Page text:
Minerva make – Black is back baby!

I’ve been wanting a ‘dressy’ pair of black jeans for a while. Minerva Crafts have the fabric and hardware so you can get everything you need in one place. The black denim from Minerva paired well with Vogue 8774.

Winnie made her fab Jamie jeans last month and they look great. Kate also made wonderful boyfriend jeans too.


It’s the jeans hardware that is difficult to get in one place. How and where you apply the hardware is where you make your jeans your own. 
 I’ve made jeans before and they were casual so I could wear sneakers with them. These are the dressy pair because the hem is lower and I can wear these with heels. These shoes needed an outfit 🙂
I’ve put the rivets at the top of the back pockets and on the front pockets.

Here’s a close up of the rivets and the pin placed there the centre back belt loop will be positioned.
One of the interesting features of this pattern is the back belt loops are sewn into the base of the back yolk.
And I’ve used the pocket stitching template for the back pocket stitching.
Again, here’s where you can put your own stitching design on the back pockets. I’ve seen back pocket stitching that’s gone onto the jeans fabric too.

I did a fair bit of jeans back pocket research at the local second hand clothes markets and the creative options are endless. Fabric painting or adding other rivets anywhere are all options you can use. Amy used the skull fabric in her Preppy skull dress.
Did you notice the additional pocket I’ve placed on the side seam above the knee? It’s a cargo pants feature pocket without the bulk.
The Minerva kit has everything you need for these jeans – Vogue 8874, Top stitching thread, great black non-stretch denim, woven interfacing, the inside skull print fabric, a very secure metal zipper and the ideal metal jeans button and rivets. 
A metal button with ridges is less likely to pop when you sneeze while wearing these jeans #embarrassingexperiencetalking. 
The key thing with these jeans is the pattern is designed for non-stretch denim. Non-stretch denim is cheap to buy and it holds you in. It truly does. 

See how I’ve taken the pocket from the side seam to the zipper? This is what ‘holds’ you in at the front. This ‘stay’ keeps you in place. Nifty huh? No need to wear spanks.

Below is how I adjusted the pocket to form the waist stay.

Above is my usual sway back adjustment and increased thigh room #cyclistthighs.

Now you can see why I wanted a dressy pair of black jeans to get me from summer to autumn in one make!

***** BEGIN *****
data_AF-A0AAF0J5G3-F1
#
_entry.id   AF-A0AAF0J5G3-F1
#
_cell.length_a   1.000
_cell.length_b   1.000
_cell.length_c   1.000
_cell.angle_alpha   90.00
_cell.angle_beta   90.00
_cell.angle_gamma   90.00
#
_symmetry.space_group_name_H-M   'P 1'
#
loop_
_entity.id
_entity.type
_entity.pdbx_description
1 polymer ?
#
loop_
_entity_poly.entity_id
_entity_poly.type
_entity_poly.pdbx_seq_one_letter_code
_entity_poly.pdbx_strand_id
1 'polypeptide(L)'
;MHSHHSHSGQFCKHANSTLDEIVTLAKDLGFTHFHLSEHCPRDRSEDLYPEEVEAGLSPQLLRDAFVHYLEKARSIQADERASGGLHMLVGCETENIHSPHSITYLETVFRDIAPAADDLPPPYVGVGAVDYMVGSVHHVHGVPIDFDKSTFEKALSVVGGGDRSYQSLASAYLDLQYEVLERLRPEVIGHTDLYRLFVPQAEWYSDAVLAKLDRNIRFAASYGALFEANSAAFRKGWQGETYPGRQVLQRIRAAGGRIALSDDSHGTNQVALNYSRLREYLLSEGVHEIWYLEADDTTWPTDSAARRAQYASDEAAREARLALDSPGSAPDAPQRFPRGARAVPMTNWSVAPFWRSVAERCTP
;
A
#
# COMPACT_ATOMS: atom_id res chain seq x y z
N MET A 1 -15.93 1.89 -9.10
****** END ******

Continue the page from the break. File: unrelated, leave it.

These tops are New Look 6940 and New Look 6149. 

If you haven’t been to the Minerva Crafts blog, you’ll be amazed and how much easier it is to use and find out what everyone’s been doing. There are over 30 of us who do the crafts we love with the support of Minerva Crafts UK.

Grainline Maritime shorts #1

It’s still summer and it’s about time I made these shorts. Everyone else who’s made them, loves them, lives in them until they make their second pair. Then continues to live in these shorts.
It’s true. Google Grainline Maritime shorts and see the great makes. Lizzy is a shorts Wiz including her 3 pairs of Maritime shorts.


A bit of leftover mustard drill from last year’s mustard skinny jeans and some soft printed gauze gratefully received from the generous Gabrielle of Upsewlate were my first pair of Maritime short. Have you see her Mini Moss skirt? It’s really cool


The fly front zipper method is where most sewers have decided to look elsewhere for their instructions and I used to go to Sandra Betzina’s video tute. The zipper construction is done with the pieces flat. 

This was my first sway back attempt. But I redid the sway back  adjustment.

I changed the construction so I could sew the fly front zipper in with the front pieces laying kinda flat. 


1, Make the front pockets as per Jen’s instructions. 
2, Sew the front centre seam together to the zipper point. 
3, Sew in the fly front zipper.
I followed all of Jen’s construction details. Lizzy changed the construction a bit to get the fit right.

Here’s the second sway back attempt and the centre back excess is marked. 

The back of the first pair were a teeny bit too low at centre back so I did my usual sway back adjustment on the pattern and saved this first version by adding a jeans style back yoke piece.

After wearing them, the centre back piece worked and they were comfy for wear. I have a few RTW cargoes that are now 2 sizes too big and I promised myself to wear clothes that fit. Even casual weekend clothes that fit.

The mustard colour drill does nothing for my skin tone so let’s forget this test pair exists. This pair has now been published on the Monthly Stitch collective for February’s challenge.


A second pair (the real pair) is the next post…



By the way, Seamstress Erin pointed me to a site about ‘Real body’ tracing. While I’m not brave to take part in this initiative, I am happy to adjust patterns to fit my shape in all its iterations and share that knowledge here.